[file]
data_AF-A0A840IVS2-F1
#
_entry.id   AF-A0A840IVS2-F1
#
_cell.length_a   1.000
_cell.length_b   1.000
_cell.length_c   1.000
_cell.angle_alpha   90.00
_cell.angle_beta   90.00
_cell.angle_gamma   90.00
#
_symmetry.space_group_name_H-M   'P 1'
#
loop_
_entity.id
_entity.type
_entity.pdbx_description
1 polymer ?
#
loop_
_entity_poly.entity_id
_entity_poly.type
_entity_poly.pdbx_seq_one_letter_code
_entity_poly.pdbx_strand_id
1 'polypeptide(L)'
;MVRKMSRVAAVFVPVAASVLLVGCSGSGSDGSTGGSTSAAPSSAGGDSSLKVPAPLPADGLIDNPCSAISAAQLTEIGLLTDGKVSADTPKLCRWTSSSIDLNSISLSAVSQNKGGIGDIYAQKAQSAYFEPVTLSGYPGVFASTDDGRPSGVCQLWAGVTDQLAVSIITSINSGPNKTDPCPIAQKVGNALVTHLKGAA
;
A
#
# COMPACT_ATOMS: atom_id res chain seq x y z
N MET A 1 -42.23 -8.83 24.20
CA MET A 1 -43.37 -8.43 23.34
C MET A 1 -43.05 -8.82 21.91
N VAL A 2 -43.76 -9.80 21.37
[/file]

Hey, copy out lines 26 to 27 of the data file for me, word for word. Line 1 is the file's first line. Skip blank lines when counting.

;MVRKMSRVAAVFVPVAASVLLVGCSGSGSDGSTGGSTSAAPSSAGGDSSLKVPAPLPADGLIDNPCSAISAAQLTEIGLLTDGKVSADTPKLCRWTSSSIDLNSISLSAVSQNKGGIGDIYAQKAQSAYFEPVTLSGYPGVFASTDDGRPSGVCQLWAGVTDQLAVSIITSINSGPNKTDPCPIAQKVGNALVTHLKGAA
;